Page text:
The Art of Painting (1666-68) by Jan Vermeer

As a writer of creative fiction, I sometimes wonder what inspires artistic creation, and where ideas for novels and stories emerge. I hope to offer some thoughts that might be helpful in the pursuit of any artistic endeavor, whether writing music, prose, poetry, etc.

It goes without saying that a thorough education in one’s artistic field is essential. For the composer it means absorbing the evolution of styles, genres, and composers through music history. In writing, it is essential to read as abundantly and widely as possible, in all kinds of genres of novels, stories, and poetry as any and all of them can inspire artistic creation.
At some point, you might become rather discerning in your tastes of what art particularly appeals to you. This is true for me, and has helped lead me toward the kinds of works I choose to write about, what pleases me aesthetically, and what kinds of art I particularly enjoy. Therefore, I try to the best of my ability to be a student in the area of my interest.

Therefore, an adage for artistic creation is also to know oneself. Know what your tastes and preferences are in music, film, books, visual art, etc. Become acutely aware of what draws you in, and what doesn’t. These are important clues for what inspires you artistically.  It is unfortunate, I believe for a composer, writer, or visual artist to be told by others in the profession what kinds of styles are currently in the “mode”. Art is really an individual, self-initiated practice that while it does include a rigorous education into understanding the history and achievements in a particular artistic field, yet we also need to understand ourselves. Art is an inside job, what we are drawn to subjectively, that may or not match the artistic preferences of others.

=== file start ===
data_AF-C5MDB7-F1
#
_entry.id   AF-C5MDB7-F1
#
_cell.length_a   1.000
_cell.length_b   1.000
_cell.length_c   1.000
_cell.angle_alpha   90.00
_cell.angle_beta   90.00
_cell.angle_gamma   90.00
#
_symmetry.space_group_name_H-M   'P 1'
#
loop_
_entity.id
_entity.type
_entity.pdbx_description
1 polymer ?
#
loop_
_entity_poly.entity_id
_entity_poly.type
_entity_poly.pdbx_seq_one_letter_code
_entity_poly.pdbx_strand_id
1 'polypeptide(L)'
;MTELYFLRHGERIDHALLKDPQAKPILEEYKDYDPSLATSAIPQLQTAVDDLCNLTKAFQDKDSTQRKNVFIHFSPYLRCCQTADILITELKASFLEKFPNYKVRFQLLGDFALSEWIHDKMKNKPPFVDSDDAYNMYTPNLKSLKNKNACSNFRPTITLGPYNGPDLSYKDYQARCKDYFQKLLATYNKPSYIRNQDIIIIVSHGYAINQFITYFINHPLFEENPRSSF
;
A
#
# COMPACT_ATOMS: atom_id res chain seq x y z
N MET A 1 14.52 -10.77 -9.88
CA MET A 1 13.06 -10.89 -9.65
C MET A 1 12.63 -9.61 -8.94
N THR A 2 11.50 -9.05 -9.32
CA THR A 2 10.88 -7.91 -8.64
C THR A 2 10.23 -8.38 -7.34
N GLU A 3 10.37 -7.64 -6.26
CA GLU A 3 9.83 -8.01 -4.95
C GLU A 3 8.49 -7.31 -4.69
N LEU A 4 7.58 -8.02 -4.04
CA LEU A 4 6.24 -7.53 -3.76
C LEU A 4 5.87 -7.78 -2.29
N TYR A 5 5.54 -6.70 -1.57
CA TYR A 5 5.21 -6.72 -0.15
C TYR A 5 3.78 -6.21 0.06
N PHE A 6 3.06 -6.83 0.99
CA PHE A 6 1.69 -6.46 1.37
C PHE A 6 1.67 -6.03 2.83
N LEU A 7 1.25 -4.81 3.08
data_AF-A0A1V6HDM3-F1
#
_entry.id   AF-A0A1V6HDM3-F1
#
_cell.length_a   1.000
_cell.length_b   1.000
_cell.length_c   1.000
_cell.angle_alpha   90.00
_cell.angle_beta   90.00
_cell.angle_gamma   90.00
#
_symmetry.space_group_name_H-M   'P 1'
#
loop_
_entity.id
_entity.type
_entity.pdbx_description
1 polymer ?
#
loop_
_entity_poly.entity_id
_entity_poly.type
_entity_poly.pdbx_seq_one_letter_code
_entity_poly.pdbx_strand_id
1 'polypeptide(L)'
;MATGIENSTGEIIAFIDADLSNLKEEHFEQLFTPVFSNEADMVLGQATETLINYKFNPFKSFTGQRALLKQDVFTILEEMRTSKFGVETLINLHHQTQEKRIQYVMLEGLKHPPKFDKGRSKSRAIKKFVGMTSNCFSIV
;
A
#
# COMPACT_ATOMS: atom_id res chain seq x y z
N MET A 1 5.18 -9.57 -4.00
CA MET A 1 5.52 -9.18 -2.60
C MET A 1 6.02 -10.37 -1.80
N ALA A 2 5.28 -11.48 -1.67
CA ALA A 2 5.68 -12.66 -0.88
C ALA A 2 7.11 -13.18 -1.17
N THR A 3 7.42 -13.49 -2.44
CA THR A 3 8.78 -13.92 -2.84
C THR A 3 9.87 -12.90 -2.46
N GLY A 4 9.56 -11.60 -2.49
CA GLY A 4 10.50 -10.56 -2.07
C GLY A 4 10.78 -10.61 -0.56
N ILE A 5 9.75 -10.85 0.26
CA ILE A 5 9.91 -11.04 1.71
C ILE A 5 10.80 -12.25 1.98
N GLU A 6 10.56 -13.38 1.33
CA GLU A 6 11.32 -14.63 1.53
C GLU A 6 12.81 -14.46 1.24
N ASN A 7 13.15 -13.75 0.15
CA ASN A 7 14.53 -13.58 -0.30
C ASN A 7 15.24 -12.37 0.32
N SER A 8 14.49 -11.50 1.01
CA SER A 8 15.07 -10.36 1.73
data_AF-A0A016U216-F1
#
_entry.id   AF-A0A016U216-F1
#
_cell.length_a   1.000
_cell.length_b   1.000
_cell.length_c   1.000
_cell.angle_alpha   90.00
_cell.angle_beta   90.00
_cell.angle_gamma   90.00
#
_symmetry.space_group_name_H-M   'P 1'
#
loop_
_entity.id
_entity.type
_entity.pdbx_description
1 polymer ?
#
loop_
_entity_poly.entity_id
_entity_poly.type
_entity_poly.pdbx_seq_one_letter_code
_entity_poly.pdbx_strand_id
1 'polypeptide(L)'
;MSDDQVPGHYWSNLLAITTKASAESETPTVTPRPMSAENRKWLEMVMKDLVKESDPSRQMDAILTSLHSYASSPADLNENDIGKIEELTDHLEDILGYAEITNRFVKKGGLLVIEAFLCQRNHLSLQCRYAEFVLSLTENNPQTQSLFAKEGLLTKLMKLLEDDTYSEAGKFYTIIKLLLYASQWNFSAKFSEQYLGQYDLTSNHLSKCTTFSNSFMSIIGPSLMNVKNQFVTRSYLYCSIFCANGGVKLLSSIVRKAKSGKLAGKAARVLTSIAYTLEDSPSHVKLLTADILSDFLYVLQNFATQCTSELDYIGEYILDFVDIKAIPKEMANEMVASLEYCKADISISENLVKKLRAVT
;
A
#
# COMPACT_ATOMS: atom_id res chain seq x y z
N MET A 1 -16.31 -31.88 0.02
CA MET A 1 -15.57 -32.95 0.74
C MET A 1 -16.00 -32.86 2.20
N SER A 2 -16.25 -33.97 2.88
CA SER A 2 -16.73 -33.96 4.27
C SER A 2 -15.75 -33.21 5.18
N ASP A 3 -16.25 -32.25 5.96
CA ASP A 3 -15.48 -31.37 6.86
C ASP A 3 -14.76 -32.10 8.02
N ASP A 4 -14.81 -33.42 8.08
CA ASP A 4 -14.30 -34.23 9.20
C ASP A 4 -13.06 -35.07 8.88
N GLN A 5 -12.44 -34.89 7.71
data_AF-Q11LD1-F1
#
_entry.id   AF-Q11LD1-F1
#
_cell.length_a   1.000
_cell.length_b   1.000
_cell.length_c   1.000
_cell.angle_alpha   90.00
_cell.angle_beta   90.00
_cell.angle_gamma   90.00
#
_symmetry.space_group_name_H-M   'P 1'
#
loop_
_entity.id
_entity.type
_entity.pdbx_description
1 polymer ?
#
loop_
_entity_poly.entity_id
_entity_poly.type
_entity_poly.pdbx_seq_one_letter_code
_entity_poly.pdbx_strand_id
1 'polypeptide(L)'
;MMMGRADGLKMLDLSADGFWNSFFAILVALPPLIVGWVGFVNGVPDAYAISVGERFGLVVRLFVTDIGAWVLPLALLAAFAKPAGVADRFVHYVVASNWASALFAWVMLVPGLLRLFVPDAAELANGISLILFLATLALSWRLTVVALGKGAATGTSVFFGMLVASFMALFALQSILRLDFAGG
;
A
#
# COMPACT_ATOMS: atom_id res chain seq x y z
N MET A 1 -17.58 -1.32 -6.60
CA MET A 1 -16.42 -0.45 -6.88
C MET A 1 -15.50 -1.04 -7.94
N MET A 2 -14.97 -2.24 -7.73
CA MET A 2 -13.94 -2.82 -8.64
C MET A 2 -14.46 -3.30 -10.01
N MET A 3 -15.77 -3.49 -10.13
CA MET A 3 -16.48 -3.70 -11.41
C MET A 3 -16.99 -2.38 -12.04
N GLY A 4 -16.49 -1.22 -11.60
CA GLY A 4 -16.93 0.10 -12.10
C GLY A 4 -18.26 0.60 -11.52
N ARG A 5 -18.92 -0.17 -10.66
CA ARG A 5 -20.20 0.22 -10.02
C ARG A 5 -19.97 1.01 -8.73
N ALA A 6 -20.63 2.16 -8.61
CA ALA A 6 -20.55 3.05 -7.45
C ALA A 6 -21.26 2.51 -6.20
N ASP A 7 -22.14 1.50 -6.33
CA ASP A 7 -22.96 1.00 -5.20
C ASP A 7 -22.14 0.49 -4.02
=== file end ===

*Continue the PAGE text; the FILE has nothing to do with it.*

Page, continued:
As an example, I write about historical eras, largely taking place in early 20th century America, so I tend to absorb all matter of art, music, and film from that era. By such immersion artistic ideas emerge almost of their own accord. I become acutely aware of scenes that play out in my mind’s eyes and ears of Depression Era diners, of old jalopies chugging down empty highways, of Jazz music crackling from the Victrola phonograph and Crosley radio speakers. Even though, these scenes might emerge in a story I’m working on, if I were working in other art forms, I could imagine how they could equally inform music, painting, film, etc.

Of course, this is merely an example of what inspires me. The invitation for the early creative artist is to know what worlds inspire you and to immerse yourself in that world. This is one way to reduce the chance of creative blockage, which can strike a composer of music, a visual artist, a writer of poetry, etc.

If you are having trouble being inspired by sitting in one’s room, and facing the blank canvas, page, or music staff, then take an excursion to a place that would intrigue you artistically—it could be a park, a hiking trail, a museum, even a movie. Just allow yourself to be absorbed all the visual and auditory elements. A suggestion is to keep an artist’s notebook where you can jot down inspirations, dreams, and spontaneous ideas.

Artistic creation is much like taking care of a flowering plant. If we nourish our artistic side over time, we will perhaps be amazed at what great creations will bloom.